It is of course particularly important within the healthcare space that we strike a balance between innovation and transparency in AI.

And it is also worth noting that AI and machine learning will complement people, especially knowledge workers, augmenting rather than replacing many jobs. For example, AI algorithms can read diagnostic scans with great accuracy, freeing doctors from repetitive tasks so they can help patients by applying their most valuable training and skills.

insideBIGDATA: As deep learning makes businesses innovate and improve with their AI and machine learning offerings, more specialized tooling and infrastructure will be needed to be hosted on the cloud. What’s your view of enterprises seeking to improve their technological infrastructure and cloud hosting processes for supporting their AI, machine learning, and deep learning efforts?

Oliver Schabenberger: The rise of AI during the last decade is due to the convergence of big data and big compute power with decades-old neural network technology. AI systems based on deep neural networks require large amounts of data to train deep networks well.

Improving technological infrastructure and cloud processes is a requirement for any business involved in digital transformation, whether business problems are solved through AI, machine learning, or other technologies. We will see continued investment in cloud infrastructure as a result of it.

Ultimately however, the question of whether AI-driven insights are created via cloud-based or on-premises systems is secondary. It is central that smarter and more effective data analysis by AI systems addresses real-world challenges for businesses and governments.

insideBIGDATA: How will AI-optimized hardware solve important compute and storage requirements for AI, machine learning, and deep learning?

Oliver Schabenberger: This is an exciting area. For many years, analytics and data processing has followed behind advances in computing. The importance of AI has now changed the equation. Hardware is being designed and optimized for AI workloads. One avenue is to increase the performance and throughput of the systems to speed up training and to enable the training of more complex models. Graphics Processing Units (GPUs) are playing an important role to accelerate training and inference because of their high degree of parallelism and because they can be optimized for neural network operations. So do FPGAs, ASICs, and chip designs optimized for tensor operations. New persistent memory technology moves the data closer to the processor.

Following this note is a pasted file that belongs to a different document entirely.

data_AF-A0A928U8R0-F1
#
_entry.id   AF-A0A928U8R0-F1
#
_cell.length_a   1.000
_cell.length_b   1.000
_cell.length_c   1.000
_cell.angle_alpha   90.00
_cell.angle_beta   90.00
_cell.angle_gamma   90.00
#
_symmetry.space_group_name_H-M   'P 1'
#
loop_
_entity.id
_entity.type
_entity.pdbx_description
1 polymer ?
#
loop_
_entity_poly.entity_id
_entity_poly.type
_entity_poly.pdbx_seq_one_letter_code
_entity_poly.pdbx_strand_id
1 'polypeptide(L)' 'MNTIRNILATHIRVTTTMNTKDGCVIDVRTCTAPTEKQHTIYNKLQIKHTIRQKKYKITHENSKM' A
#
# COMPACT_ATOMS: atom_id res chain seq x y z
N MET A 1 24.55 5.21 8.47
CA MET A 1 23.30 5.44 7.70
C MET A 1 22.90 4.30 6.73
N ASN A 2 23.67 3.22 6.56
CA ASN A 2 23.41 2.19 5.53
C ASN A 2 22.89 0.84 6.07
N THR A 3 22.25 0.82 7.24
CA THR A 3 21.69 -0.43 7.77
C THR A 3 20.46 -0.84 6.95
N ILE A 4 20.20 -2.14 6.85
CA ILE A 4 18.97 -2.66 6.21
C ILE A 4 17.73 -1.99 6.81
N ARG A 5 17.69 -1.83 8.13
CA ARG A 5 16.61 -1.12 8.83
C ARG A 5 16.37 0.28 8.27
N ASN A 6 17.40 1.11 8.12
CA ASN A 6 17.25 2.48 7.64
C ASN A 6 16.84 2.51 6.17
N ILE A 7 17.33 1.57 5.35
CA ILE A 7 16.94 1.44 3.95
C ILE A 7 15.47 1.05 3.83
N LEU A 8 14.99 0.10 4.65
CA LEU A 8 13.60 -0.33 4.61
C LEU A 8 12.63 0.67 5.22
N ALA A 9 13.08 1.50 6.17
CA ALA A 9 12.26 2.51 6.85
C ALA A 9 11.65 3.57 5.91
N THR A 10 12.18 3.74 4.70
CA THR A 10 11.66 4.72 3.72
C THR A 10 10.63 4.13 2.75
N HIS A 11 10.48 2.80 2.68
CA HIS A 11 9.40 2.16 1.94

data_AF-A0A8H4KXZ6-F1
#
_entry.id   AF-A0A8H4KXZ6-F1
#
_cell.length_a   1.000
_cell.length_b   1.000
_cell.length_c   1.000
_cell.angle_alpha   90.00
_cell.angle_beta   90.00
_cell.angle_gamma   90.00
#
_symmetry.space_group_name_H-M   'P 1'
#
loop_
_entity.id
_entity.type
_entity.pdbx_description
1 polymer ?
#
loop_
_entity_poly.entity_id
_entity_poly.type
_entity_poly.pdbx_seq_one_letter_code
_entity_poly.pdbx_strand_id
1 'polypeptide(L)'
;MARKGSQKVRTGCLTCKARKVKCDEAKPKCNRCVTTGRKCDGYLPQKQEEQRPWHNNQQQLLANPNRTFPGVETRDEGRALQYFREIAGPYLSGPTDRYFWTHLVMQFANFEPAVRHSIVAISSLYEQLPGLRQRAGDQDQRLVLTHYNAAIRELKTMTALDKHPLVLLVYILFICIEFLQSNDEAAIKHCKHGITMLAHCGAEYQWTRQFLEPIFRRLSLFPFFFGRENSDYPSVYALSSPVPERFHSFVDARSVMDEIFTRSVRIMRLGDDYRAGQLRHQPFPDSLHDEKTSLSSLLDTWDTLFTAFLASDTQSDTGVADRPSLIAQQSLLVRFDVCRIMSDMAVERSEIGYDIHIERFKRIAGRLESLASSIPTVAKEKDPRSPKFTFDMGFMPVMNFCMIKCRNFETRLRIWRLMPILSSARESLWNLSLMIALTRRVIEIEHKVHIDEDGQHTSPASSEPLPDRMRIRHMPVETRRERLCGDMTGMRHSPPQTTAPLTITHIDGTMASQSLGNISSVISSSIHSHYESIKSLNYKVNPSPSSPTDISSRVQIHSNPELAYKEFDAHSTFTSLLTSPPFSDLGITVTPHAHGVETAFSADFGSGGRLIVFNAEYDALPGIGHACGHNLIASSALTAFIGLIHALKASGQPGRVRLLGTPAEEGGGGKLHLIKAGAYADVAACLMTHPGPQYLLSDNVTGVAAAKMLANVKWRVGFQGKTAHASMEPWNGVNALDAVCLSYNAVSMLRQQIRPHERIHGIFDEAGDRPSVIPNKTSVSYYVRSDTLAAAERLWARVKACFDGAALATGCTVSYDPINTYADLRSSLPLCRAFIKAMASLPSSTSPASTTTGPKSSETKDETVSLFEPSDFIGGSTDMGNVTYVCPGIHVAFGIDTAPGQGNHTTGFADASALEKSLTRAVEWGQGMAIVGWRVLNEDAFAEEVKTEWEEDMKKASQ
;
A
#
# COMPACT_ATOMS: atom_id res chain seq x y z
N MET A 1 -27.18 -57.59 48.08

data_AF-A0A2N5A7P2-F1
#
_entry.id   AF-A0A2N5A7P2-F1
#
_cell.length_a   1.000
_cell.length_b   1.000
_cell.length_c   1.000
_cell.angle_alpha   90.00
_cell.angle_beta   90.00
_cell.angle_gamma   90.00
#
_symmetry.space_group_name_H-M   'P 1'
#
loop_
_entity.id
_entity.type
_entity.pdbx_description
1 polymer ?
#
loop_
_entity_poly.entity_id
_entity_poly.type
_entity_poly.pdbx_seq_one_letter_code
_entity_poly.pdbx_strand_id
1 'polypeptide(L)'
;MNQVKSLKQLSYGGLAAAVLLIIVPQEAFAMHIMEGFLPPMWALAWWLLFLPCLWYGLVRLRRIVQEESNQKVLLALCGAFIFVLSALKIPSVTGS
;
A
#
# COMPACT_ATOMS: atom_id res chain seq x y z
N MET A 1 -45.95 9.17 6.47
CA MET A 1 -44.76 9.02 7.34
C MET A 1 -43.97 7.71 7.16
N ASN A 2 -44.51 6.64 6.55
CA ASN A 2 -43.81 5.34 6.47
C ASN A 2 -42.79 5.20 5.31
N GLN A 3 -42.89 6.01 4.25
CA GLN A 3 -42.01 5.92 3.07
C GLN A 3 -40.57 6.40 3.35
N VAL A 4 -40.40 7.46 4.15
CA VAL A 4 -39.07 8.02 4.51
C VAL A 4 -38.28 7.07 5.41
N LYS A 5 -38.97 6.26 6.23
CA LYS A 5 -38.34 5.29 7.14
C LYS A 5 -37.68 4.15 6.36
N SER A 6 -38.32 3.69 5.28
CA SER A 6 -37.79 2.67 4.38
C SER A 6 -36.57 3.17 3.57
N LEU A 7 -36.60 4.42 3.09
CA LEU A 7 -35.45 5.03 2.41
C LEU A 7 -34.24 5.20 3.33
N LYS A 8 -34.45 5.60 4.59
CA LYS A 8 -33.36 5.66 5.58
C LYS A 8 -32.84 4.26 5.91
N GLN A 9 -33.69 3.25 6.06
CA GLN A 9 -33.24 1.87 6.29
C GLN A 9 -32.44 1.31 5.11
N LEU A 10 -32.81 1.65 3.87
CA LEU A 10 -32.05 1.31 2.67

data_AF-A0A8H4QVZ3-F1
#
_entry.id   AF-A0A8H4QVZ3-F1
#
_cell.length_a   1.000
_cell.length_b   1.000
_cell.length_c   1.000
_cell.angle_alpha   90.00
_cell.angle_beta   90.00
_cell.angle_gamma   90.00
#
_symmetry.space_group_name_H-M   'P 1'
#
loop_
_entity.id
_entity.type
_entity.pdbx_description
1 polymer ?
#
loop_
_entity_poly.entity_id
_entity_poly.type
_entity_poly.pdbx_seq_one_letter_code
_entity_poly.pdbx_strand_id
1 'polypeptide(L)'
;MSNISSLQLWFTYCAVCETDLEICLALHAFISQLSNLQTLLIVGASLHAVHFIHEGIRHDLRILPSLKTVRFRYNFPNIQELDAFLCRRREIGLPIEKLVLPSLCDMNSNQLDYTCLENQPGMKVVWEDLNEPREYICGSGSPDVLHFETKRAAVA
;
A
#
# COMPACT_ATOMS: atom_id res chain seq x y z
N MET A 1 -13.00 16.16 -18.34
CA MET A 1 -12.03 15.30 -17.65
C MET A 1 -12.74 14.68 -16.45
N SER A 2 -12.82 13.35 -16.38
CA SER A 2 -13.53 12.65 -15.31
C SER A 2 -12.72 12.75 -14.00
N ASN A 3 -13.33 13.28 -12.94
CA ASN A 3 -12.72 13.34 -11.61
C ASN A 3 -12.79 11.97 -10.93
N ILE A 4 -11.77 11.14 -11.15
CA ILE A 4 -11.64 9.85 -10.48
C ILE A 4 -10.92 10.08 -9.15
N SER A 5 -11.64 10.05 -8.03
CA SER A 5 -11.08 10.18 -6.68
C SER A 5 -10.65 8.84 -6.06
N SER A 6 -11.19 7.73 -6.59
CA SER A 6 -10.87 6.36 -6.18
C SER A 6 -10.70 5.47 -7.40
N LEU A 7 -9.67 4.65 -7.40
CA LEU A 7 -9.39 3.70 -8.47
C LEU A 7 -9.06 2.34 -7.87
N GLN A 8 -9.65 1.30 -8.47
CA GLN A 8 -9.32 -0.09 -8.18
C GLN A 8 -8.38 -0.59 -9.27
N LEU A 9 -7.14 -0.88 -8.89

A second exciting route is the development of computing architectures that enable constant training with low power consumption, for example neuromorphic chips. This is an important step to bring learning and adaptability to edge devices.

insideBIGDATA: What’s the most important role AI plays for your company’s mission statement? How will you cultivate that role in 2019?

Oliver Schabenberger: SAS’ mission is to transform a world of data into a world of intelligence. We help customers solve their most critical business issues, as well as tackling humanitarian issues related to natural disasters, opioid abuse, child welfare and more. Our investment in honing AI technologies takes that mission to the next level. By making AI more transparent and accessible, we’re able to lead more organizations from data to discovery, enabling decision makers with powerful advanced analytics to automate as many of their decisions as possible.

Our approach to AI is multi-fold. By embedding artificial intelligence and machine learning into our products (tools and solutions) we empower others to benefit from AI without having to develop AI. By providing AI tooling such as deep learning, natural language processing and computer vision tools, we enable others to build powerful AI applications. By providing tools that govern, monitor, and explain AI models, we add transparency. Finally, we provide services to our customers to solve business problems, sometimes those solutions involve AI.

In my role as SAS COO and CTO, I am tasked with the execution of this vision from both a business and technology standpoint. As COO, I am responsible for ensuring SAS data scientists, marketers and salespeople remain curious about what’s next for our business, and how we can continue to help our customers solve new and emerging challenges. And as CTO, I am responsible for making sure these customers have access to innovative SAS technologies, including a host of AI and machine learning capabilities.